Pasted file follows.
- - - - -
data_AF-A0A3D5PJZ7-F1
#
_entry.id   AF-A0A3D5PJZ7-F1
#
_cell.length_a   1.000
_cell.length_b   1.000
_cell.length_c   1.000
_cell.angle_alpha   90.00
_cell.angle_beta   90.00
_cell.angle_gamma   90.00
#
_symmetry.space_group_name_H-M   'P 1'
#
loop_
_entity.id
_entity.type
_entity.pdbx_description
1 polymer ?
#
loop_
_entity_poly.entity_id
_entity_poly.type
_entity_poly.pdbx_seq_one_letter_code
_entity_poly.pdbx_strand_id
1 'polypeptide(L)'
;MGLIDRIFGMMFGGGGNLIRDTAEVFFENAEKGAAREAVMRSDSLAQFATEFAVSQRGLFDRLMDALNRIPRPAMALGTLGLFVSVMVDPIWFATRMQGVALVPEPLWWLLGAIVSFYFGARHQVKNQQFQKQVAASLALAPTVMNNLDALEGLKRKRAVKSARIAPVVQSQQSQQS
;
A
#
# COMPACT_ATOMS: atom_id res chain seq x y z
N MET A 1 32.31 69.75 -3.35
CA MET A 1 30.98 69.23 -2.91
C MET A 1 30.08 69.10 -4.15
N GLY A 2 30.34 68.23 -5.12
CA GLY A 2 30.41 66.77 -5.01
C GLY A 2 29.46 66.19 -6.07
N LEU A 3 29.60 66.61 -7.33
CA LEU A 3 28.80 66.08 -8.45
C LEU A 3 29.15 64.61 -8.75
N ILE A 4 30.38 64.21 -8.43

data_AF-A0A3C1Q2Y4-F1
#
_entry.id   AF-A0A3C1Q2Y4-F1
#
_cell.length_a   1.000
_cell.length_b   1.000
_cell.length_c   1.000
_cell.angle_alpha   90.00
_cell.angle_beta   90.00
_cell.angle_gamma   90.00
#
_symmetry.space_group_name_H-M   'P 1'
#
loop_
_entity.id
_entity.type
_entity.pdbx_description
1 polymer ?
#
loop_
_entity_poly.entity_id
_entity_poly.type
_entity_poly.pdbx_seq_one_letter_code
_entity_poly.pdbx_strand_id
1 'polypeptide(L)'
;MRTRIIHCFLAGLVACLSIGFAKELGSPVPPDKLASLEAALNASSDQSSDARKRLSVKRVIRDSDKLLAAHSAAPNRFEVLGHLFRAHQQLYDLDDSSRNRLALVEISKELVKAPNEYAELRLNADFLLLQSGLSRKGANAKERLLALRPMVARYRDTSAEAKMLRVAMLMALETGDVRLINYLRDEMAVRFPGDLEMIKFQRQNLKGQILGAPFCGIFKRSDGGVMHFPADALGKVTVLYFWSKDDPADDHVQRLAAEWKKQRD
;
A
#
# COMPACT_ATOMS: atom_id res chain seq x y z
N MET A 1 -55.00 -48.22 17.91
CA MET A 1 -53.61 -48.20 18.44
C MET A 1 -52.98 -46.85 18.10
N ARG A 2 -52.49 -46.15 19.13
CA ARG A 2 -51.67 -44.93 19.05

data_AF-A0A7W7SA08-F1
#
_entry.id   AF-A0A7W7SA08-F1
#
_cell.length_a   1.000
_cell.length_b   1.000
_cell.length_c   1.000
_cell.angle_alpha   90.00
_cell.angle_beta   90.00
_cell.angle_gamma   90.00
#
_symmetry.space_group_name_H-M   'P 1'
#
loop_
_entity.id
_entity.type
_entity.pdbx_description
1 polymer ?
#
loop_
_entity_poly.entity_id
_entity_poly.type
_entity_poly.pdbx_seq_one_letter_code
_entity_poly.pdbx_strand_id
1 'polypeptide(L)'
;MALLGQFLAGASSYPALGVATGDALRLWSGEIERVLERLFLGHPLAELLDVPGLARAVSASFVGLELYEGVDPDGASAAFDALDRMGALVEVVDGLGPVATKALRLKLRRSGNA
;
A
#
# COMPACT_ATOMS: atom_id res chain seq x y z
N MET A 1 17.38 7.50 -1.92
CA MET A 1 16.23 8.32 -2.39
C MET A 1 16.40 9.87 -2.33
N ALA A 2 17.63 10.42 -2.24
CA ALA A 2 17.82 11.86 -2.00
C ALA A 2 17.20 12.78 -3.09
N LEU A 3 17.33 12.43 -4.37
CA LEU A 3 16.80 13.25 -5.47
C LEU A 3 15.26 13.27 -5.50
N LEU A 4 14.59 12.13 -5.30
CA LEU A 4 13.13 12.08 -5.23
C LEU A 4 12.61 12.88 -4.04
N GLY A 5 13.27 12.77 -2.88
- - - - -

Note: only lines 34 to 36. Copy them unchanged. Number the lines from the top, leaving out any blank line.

N GLY A 2 30.34 68.23 -5.12
CA GLY A 2 30.41 66.77 -5.01
C GLY A 2 29.46 66.19 -6.07